Hate Crimes unit investigating after Bellerose cars tagged with swastikas


| mchan@queenscourier.com |

THE COURIER/Photos by Melissa Chan
THE COURIER/Photos by Melissa Chan

At least 14 cars in Bellerose were marked with graffiti, including half that were hit with swastikas.

Bellerose residents whose cars were vandalized with graffiti were able to wash off the spray paint — but not the hateful message it left behind.

Fourteen cars in the quiet residential area were marked up during an early morning graffiti spree on October 11, police said.

Silver-painted swastikas were found on half of the vehicles around 87th Avenue and 256th Street, according to police. Residents said other cars were tagged with lines and random scribbles.

“I was very surprised,” said Devinder Chahal, whose white BMW was vandalized. “We saw all the other cars were painted. It’s a little scary.”

Chahal said she woke up at 5:30 a.m. to find four of her family’s cars, including her husband’s yellow city cab, sprawled along the sides and on the hoods with graffiti.

They were mostly squiggles, she said, but many down the street were hit with the Nazi symbol.

“Right now, the way it looks, it could be a hate crime,” Chahal said. “We’re concerned about the future. Today, they painted the cars. Tomorrow, it could be anything.”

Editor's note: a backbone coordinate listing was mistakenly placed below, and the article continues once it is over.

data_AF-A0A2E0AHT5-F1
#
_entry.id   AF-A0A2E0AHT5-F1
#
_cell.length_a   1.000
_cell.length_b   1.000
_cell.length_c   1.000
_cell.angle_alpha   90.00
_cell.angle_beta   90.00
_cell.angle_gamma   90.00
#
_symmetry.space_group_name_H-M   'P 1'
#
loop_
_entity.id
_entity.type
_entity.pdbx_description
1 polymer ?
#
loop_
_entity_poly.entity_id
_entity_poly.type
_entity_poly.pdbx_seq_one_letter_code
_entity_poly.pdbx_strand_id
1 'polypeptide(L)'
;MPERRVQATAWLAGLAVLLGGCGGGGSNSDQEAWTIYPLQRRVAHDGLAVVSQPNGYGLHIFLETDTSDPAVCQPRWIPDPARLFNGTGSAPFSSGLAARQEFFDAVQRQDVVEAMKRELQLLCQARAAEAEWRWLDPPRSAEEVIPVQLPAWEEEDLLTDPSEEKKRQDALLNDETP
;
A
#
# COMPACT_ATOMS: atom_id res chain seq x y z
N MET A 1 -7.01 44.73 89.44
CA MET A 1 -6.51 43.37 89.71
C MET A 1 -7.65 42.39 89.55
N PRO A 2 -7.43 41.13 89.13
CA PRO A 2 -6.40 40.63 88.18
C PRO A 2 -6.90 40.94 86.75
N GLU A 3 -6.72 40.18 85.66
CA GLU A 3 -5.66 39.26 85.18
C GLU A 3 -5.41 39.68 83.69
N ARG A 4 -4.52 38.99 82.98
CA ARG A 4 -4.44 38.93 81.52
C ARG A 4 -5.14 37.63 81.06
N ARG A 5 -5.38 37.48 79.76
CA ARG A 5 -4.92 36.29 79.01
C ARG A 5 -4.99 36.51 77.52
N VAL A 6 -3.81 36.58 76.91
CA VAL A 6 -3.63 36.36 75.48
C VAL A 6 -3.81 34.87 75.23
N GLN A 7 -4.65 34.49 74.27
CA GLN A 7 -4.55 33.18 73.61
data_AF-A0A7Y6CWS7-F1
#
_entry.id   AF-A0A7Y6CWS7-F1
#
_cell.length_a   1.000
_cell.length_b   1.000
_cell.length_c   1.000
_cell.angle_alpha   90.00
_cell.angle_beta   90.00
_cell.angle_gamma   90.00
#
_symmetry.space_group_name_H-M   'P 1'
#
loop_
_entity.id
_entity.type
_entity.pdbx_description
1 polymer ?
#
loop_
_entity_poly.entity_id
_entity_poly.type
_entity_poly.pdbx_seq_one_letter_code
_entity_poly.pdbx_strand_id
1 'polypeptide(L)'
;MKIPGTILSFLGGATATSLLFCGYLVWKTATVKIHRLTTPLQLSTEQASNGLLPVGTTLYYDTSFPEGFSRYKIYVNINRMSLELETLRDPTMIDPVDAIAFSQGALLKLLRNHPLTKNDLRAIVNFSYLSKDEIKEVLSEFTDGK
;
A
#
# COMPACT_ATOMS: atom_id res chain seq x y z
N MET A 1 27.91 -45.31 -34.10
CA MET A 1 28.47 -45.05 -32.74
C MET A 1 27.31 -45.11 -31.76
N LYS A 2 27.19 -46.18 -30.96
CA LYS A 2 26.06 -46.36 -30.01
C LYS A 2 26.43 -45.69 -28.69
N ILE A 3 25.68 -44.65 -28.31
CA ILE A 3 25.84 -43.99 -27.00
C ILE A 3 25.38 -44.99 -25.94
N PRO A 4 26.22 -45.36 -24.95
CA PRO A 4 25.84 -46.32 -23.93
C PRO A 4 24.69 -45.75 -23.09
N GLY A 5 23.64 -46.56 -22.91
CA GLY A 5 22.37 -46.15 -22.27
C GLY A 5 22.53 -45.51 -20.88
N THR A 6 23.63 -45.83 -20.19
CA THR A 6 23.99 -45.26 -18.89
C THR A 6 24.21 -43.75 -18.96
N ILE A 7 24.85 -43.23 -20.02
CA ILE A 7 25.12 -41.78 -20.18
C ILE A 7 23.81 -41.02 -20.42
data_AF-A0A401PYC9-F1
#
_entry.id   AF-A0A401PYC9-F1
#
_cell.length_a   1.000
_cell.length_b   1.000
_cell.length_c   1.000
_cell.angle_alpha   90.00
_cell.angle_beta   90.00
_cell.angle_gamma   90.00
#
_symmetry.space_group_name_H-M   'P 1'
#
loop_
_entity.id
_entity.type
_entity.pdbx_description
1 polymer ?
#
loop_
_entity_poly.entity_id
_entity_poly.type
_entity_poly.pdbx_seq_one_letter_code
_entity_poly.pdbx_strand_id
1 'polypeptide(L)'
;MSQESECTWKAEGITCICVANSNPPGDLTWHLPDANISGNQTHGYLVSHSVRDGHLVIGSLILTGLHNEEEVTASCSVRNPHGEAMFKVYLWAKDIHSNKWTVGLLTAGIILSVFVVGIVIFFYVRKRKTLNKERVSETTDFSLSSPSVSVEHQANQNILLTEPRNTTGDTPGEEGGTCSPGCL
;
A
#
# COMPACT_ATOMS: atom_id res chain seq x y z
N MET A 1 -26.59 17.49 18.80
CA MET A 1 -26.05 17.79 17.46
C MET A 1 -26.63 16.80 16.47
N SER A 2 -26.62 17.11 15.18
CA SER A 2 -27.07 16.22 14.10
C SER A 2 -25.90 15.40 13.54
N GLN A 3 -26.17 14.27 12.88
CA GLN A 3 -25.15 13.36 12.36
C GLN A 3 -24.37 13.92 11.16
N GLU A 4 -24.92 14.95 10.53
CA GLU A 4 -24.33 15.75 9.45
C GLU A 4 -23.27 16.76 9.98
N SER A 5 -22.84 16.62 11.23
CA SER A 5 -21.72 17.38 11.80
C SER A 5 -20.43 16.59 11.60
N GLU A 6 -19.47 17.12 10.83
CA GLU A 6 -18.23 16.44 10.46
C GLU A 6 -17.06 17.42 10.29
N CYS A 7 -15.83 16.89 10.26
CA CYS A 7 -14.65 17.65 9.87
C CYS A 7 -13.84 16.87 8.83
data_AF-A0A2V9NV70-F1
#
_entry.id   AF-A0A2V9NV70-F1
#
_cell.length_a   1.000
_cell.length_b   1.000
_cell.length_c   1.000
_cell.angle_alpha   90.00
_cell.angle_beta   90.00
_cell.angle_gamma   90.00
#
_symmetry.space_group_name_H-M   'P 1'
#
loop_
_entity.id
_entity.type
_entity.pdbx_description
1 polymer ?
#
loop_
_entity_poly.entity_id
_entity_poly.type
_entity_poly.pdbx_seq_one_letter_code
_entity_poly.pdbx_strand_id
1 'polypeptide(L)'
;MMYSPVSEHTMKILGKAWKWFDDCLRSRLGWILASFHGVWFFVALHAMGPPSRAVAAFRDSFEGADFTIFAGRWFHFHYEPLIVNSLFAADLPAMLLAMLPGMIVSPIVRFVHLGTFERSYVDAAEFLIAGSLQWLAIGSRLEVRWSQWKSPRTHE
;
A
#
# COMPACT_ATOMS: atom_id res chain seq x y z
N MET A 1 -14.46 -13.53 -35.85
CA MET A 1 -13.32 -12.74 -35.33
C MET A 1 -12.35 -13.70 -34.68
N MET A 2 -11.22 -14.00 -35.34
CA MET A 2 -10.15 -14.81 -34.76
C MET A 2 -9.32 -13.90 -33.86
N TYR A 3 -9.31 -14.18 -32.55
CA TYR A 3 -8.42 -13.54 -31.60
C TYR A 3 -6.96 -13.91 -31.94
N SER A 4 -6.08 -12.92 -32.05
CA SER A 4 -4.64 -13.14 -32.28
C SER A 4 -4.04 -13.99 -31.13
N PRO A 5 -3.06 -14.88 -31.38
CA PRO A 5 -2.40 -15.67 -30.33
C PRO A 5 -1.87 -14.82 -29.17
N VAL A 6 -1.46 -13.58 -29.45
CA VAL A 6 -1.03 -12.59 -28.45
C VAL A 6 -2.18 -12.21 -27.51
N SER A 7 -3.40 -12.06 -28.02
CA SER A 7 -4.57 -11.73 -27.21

Helicopters circled above the neighborhood Friday as law enforcement officials went up and down the roped off streets gathering evidence off cars.

“This has never happened before,” said Parveen Kumar, another victim of the vandalism. “I don’t know what happened.”

Chahal said the stubborn paint came off after “a lot of work,” following a full day’s investigation.

It was unclear if more than one person was suspected of the crimes. An investigation by the NYPD’s Hate Crimes Task Force is ongoing, a police spokesperson said.

“This is a despicable act of vandalism,” said State Senator Tony Avella, “and those responsible for this heinous crime should be prosecuted to the fullest extent of the law, including being possibly charged with a hate crime.”

Resident Daljit Kaur said she feared the culprit — or multiple offenders — could be capable of worse.

“Who knows what else they’ll do? It’s dangerous,” she said.

 

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